Review: Redbreast Single Pot Still Irish Whiskey 21 Years Old
Redbreast is one of the most beloved of high-end Irish whiskeys there is, a triple-pot distilled whiskey made of malted and unmalted barley that wins pretty much every “Best Irish Whiskey” award that comes around. That said, the 12 year old expression has always been a bit too chewy and pungent for my taste, a malty monster in a category prized for being gentle and easygoing.
On the other hand, I respect Redbreast. Different strokes and all. And now a sure-to-be much desired 21 Year Old version is about to hit the market. What can an extra 9 years do to a whiskey that’s already a beast?
Let’s put it this way: If you like Redbreast 12, you’ll love Redbreast 21. All of Redbreast’s classic notes are intact: ultra-ripe banana, coconut husks, and butterscotch, to name but a few. But there’s also burnt honey, coal fires, and a powerful caramel note on the finish. The citrus notes — driven by partial aging in first-fill sherry casks — are particularly present here. No matter what you think about Redbreast, there’s always something new to discover lurking somewhere in a dram of this whiskey.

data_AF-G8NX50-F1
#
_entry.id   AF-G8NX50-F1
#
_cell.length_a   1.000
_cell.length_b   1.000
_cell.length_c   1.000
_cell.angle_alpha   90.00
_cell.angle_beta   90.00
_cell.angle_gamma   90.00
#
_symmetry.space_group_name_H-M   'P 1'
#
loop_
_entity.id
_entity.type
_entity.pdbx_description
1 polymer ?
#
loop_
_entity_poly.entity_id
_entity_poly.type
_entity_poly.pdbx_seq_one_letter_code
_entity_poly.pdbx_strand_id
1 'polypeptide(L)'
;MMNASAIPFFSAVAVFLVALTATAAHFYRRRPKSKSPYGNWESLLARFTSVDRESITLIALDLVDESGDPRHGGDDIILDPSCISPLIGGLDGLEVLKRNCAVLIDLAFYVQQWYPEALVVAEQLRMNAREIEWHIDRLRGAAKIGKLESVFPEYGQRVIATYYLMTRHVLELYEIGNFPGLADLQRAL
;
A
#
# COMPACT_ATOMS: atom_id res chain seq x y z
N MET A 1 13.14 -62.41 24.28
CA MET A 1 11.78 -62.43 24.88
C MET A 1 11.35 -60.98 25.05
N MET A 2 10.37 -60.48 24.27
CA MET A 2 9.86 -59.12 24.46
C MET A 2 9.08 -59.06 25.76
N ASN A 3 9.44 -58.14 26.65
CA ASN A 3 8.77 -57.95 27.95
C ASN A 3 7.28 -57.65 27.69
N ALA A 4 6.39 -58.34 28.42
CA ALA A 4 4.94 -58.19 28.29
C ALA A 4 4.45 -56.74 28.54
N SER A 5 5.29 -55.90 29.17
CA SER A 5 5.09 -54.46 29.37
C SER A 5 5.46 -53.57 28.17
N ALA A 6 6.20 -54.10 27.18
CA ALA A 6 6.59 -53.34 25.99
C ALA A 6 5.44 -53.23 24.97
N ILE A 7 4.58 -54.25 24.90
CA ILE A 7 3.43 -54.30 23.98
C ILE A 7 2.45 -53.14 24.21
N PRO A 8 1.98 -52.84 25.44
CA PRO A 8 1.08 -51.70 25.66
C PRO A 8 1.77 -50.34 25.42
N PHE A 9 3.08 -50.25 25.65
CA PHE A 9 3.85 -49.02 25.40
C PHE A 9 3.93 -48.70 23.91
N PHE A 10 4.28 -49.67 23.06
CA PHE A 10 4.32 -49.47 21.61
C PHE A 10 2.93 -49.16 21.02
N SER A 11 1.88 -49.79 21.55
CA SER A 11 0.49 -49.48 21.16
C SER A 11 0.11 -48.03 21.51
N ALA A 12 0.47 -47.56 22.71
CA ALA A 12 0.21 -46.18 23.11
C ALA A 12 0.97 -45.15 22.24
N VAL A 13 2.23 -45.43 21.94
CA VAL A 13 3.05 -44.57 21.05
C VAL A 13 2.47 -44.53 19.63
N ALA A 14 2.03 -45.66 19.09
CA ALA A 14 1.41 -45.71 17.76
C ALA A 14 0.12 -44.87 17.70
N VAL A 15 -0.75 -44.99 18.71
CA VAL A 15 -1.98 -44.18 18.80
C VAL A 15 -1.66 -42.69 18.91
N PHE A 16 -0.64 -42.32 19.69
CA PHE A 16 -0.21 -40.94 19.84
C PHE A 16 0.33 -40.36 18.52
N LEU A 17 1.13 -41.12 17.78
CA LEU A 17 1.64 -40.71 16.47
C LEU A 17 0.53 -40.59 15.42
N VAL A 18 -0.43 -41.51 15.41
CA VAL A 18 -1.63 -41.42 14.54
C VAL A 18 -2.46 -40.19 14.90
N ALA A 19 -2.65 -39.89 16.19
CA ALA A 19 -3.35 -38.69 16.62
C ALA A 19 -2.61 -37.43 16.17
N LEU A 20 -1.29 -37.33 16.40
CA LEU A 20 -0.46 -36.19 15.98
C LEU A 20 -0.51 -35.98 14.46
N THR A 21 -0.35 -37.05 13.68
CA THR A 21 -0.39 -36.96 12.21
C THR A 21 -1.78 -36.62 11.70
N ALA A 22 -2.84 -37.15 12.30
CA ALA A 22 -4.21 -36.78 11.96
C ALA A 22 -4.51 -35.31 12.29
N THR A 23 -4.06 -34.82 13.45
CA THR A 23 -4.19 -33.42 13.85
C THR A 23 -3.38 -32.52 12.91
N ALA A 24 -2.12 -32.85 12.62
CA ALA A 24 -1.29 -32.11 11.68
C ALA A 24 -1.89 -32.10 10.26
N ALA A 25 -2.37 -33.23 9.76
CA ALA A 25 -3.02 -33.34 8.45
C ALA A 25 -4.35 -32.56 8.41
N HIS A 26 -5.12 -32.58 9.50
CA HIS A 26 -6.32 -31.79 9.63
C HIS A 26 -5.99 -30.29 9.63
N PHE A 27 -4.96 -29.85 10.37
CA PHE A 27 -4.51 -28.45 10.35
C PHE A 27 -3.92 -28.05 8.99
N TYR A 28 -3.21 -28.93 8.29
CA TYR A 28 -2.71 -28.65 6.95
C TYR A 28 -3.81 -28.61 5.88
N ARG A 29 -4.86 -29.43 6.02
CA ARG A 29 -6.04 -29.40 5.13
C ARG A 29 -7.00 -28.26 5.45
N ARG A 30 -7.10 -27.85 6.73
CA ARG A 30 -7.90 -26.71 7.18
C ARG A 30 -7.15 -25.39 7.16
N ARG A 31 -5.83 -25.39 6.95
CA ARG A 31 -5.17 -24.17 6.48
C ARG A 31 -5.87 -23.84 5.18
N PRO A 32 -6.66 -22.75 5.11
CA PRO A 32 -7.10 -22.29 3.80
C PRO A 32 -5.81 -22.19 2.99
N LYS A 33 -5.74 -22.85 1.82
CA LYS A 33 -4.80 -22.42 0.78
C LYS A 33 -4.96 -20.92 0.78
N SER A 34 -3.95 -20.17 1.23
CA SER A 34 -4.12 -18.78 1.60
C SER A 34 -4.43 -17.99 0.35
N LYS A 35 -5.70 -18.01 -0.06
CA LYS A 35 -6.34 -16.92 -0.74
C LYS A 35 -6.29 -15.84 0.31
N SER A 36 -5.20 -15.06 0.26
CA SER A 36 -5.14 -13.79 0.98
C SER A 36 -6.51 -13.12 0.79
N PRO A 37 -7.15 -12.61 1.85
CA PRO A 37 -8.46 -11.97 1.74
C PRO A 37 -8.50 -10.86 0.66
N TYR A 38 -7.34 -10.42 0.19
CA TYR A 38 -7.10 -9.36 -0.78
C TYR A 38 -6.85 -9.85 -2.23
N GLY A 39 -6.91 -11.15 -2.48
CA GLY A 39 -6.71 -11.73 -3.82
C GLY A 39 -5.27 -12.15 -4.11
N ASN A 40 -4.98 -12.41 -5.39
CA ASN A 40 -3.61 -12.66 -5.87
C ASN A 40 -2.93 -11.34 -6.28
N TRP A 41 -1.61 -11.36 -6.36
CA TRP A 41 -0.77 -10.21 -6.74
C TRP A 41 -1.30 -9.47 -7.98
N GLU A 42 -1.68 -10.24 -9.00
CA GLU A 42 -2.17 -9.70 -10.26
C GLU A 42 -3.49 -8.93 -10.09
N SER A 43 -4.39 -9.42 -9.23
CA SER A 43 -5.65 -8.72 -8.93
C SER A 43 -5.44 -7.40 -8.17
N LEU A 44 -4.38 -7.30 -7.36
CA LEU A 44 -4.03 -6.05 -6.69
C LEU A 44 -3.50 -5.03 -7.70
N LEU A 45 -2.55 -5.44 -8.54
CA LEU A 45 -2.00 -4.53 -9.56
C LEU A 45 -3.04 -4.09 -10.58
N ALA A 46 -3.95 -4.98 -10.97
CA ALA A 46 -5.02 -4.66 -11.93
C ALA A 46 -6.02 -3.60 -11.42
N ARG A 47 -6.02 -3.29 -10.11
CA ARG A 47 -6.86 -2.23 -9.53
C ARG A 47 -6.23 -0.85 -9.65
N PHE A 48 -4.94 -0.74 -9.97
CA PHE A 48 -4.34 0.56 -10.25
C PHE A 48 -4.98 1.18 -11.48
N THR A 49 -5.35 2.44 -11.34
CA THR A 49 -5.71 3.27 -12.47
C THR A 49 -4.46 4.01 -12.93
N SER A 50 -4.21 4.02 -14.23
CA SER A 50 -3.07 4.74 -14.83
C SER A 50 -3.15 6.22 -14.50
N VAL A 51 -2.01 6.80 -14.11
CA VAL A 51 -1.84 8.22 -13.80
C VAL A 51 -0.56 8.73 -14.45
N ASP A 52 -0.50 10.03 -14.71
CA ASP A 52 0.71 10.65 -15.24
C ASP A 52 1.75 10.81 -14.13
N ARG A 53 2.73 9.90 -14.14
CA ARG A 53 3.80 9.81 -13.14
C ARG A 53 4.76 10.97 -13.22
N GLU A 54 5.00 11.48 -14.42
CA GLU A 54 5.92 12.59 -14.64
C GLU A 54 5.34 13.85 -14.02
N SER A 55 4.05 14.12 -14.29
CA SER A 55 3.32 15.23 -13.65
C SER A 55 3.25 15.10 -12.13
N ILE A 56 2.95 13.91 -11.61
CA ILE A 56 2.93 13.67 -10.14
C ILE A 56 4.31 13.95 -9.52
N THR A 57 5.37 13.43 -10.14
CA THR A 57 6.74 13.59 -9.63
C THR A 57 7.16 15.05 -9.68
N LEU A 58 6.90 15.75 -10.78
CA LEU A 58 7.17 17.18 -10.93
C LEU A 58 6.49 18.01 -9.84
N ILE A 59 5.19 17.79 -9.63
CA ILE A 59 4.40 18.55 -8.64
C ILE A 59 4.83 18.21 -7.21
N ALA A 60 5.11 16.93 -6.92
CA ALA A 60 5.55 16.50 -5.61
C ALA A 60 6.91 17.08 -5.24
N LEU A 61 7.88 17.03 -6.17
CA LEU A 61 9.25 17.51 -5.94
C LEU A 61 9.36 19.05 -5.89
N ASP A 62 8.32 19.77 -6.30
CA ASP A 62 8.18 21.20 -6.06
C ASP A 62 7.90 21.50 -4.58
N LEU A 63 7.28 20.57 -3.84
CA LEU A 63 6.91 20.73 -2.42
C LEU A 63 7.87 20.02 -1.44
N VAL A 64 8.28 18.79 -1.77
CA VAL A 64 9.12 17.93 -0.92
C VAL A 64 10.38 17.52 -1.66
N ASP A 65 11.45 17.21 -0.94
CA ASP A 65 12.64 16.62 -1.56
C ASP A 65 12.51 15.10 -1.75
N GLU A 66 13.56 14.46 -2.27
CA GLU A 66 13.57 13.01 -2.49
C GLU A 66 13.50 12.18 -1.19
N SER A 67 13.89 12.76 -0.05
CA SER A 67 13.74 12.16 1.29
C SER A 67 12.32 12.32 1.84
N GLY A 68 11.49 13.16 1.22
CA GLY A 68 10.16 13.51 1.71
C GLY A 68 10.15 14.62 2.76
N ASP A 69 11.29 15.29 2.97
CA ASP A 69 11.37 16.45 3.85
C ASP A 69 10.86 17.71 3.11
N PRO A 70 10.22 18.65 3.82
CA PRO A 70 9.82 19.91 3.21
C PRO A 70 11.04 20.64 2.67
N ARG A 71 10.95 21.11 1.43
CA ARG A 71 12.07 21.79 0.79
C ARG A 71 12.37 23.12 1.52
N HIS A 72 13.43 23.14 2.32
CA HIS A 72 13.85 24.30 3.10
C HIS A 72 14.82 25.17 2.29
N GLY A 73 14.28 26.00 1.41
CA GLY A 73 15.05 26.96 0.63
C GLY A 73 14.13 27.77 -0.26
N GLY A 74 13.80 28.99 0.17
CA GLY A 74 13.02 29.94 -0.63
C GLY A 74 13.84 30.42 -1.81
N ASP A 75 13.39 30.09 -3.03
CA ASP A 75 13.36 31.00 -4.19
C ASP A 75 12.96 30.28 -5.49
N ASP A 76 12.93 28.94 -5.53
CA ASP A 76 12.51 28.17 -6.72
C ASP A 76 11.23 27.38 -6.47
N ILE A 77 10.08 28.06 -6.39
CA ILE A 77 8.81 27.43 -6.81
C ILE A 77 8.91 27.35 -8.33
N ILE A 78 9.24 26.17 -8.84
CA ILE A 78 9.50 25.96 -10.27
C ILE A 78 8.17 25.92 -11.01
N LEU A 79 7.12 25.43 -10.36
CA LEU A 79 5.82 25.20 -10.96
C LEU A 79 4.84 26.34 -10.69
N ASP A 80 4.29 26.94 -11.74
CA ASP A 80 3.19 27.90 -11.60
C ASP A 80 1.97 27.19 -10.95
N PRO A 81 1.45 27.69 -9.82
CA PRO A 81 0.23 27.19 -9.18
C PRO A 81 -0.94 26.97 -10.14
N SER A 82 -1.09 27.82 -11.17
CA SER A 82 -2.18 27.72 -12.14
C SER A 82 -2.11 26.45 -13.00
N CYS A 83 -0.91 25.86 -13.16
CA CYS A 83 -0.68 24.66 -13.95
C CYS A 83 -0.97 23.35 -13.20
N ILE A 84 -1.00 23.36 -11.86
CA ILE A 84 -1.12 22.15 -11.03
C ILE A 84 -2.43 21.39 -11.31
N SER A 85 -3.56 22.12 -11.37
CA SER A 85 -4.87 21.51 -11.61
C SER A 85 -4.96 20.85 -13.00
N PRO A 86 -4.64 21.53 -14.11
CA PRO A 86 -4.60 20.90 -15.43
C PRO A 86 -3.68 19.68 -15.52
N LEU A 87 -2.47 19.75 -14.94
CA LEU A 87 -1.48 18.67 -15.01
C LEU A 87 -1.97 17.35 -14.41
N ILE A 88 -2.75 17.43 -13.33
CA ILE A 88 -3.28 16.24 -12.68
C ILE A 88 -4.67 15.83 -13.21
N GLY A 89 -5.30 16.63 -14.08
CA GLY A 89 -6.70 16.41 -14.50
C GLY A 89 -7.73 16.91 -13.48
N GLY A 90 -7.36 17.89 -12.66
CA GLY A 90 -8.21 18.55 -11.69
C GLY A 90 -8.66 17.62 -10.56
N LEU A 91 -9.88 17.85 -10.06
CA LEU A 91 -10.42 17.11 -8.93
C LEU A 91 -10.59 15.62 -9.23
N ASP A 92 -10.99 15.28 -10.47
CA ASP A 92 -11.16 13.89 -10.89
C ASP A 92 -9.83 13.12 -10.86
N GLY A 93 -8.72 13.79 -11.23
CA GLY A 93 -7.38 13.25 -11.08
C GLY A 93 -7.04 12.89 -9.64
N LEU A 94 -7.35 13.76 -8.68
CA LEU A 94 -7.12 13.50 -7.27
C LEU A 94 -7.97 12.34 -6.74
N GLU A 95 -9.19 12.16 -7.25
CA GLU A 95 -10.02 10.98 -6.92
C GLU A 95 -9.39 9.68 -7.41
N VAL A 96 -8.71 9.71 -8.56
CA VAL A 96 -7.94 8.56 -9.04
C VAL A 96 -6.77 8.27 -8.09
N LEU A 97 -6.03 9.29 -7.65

Rest assured: Redbreast’s DNA runs through this expression like a river, but I’m honestly hard-pressed to find a lot of difference here vs. the 12 year old version. It’s a bit more pungent and funky, but it’s just not overwhelmingly different than the 12. The 12 is just such a massive whiskey already that the extra age simply doesn’t change things as much as it otherwise might. Either way, Redbreast fanatics should give it a try before deciding whether the extra age merits more than twice the price.